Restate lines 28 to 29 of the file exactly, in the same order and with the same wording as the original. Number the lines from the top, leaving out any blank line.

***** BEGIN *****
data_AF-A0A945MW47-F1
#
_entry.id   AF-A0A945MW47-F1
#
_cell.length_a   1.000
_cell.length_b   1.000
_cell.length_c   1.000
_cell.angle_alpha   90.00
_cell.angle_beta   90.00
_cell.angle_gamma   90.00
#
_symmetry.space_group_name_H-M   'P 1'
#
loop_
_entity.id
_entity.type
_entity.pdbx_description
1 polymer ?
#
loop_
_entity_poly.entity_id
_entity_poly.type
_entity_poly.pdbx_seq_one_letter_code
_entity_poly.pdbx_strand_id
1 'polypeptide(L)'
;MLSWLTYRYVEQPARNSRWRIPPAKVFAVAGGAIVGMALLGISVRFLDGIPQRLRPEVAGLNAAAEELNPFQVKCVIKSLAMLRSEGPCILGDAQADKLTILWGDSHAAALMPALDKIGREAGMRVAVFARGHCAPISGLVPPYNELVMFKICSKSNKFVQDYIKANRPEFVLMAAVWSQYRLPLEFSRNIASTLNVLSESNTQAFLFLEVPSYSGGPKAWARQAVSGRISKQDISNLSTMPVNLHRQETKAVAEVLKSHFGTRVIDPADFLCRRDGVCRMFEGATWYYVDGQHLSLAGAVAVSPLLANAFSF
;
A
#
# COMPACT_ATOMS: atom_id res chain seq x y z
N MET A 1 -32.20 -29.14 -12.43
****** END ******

A
#